[ im-puhls ]
/ ˈɪm pʌls /



marked by or acting on impulse: an impulse buyer.
bought or acquired on impulse: To reduce expenses, shun impulse items when shopping.

Origin of impulse

1640–50; < Latin impulsus pressure, impulse, equivalent to im- im-1 + pul- (variant stem of pellere to push) + -sus, variant of -tus suffix of v. action

Example sentences from the Web for impulse

British Dictionary definitions for impulse

/ (ˈɪmpʌls) /


Word Origin for impulse

C17: from Latin impulsus a pushing against, incitement, from impellere to strike against; see impel

Medical definitions for impulse

[ ĭmpŭls′ ]


A sudden pushing or driving force.
A sudden wish or urge that prompts an unpremeditated act or feeling; an abrupt inclination.
The electrochemical transmission of a signal along a nerve fiber that produces an excitatory or inhibitory response at a target tissue.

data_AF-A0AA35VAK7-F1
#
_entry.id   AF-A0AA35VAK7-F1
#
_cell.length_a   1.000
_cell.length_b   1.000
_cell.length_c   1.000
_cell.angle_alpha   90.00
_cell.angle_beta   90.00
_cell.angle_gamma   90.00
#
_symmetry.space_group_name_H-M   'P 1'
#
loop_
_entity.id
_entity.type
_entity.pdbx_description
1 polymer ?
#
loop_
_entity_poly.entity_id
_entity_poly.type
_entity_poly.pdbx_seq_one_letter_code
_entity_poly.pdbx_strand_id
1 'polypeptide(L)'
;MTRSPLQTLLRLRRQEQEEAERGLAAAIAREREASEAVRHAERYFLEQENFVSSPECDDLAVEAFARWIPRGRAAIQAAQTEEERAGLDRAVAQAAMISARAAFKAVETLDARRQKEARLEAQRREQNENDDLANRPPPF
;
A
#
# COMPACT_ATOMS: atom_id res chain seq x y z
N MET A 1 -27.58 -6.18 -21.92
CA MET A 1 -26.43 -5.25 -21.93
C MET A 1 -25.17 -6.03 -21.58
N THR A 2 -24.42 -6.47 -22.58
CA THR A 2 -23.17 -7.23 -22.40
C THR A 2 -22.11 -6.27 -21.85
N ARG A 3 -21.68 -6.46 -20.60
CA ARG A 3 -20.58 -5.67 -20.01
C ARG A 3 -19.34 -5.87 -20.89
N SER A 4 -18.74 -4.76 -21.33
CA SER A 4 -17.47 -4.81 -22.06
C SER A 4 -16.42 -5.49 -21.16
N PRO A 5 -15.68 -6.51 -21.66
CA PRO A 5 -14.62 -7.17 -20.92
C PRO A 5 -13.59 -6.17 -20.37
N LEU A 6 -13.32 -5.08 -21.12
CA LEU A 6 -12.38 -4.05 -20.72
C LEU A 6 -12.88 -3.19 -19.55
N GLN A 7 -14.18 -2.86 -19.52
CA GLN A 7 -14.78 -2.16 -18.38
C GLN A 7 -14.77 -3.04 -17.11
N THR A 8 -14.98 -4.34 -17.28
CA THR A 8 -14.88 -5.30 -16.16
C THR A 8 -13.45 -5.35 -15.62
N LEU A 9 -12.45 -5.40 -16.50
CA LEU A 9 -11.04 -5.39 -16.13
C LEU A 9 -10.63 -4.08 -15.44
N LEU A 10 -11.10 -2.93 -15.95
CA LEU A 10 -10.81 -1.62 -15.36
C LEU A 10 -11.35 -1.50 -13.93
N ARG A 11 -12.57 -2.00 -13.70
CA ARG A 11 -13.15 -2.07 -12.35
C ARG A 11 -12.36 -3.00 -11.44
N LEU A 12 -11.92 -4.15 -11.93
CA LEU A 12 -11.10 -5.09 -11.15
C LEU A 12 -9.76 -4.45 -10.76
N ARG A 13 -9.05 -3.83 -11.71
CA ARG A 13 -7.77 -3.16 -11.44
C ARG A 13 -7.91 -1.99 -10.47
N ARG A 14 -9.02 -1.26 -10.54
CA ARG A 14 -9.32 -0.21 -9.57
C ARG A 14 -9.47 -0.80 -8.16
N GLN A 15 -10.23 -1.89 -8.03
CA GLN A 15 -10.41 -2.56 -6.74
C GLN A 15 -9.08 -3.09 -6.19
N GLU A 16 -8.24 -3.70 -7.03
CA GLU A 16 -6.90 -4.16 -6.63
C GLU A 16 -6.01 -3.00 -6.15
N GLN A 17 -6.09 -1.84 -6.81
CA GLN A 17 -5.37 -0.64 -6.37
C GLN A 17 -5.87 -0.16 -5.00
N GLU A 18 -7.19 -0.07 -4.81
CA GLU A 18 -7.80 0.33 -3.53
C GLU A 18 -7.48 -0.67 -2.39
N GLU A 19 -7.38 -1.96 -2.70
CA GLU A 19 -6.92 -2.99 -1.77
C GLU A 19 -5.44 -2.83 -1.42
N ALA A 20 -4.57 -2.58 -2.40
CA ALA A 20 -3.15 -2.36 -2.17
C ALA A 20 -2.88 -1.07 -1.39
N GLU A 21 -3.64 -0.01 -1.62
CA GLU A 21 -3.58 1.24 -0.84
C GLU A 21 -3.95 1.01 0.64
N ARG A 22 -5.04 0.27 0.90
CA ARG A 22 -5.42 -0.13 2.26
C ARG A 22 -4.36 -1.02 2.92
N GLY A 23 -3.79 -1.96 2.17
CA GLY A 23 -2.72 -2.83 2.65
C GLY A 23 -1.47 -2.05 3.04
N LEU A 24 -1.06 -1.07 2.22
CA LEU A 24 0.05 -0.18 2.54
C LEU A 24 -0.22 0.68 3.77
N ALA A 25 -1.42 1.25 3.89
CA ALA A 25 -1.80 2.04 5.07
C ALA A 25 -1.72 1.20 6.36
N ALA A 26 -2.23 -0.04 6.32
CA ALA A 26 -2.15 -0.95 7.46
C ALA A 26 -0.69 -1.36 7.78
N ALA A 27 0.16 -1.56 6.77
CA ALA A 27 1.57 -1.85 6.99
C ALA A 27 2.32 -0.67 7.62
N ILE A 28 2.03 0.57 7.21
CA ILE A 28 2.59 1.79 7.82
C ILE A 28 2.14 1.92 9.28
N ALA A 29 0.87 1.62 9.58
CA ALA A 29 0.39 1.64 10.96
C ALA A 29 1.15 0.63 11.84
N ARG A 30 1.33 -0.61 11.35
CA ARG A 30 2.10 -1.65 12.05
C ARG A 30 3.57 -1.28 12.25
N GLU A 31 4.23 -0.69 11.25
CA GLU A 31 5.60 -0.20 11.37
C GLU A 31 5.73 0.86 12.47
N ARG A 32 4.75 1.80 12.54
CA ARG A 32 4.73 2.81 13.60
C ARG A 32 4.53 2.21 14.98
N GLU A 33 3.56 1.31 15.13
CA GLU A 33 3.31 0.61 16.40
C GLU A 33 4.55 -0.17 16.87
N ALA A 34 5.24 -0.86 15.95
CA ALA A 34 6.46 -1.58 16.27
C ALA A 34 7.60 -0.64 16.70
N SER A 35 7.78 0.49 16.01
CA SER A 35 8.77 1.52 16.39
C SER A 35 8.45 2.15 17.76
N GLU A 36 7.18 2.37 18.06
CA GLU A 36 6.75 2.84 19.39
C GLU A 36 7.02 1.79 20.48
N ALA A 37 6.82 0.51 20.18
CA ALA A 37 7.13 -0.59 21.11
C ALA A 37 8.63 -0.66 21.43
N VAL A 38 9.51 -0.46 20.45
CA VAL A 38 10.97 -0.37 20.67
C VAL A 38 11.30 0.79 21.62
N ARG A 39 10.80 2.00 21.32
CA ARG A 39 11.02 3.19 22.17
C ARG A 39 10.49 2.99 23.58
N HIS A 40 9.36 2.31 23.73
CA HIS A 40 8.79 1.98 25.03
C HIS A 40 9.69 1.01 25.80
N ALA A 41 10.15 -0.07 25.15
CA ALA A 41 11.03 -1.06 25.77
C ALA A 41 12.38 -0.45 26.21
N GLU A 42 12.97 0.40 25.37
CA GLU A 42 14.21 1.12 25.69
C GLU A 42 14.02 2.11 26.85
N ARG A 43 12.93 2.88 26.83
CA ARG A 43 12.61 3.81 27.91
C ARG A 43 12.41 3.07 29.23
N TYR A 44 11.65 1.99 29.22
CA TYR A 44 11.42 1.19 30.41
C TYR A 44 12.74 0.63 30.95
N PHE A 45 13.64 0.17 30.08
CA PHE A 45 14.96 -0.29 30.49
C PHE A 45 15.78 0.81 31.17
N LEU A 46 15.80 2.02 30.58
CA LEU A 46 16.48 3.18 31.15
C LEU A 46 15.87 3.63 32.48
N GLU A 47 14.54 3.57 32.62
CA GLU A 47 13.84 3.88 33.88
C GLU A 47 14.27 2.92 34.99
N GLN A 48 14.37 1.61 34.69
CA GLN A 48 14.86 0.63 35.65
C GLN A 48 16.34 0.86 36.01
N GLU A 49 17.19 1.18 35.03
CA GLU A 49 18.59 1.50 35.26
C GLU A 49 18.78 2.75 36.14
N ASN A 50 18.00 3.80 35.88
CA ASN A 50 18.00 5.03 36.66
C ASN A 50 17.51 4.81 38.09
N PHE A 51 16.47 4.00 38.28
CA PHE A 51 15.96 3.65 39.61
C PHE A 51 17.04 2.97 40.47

Scientific definitions for impulse

[ ĭmpŭls′ ]

A sudden flow of electrical current in one direction.
An electrical signal traveling along the axon of a neuron. Nerve impulses excite or inhibit activity in other neurons or in the tissues of the body, such as muscles and glands.
The change of momentum of a body or physical system over a time interval in classical mechanics, equal to the force applied times the length of the time interval over which it is applied.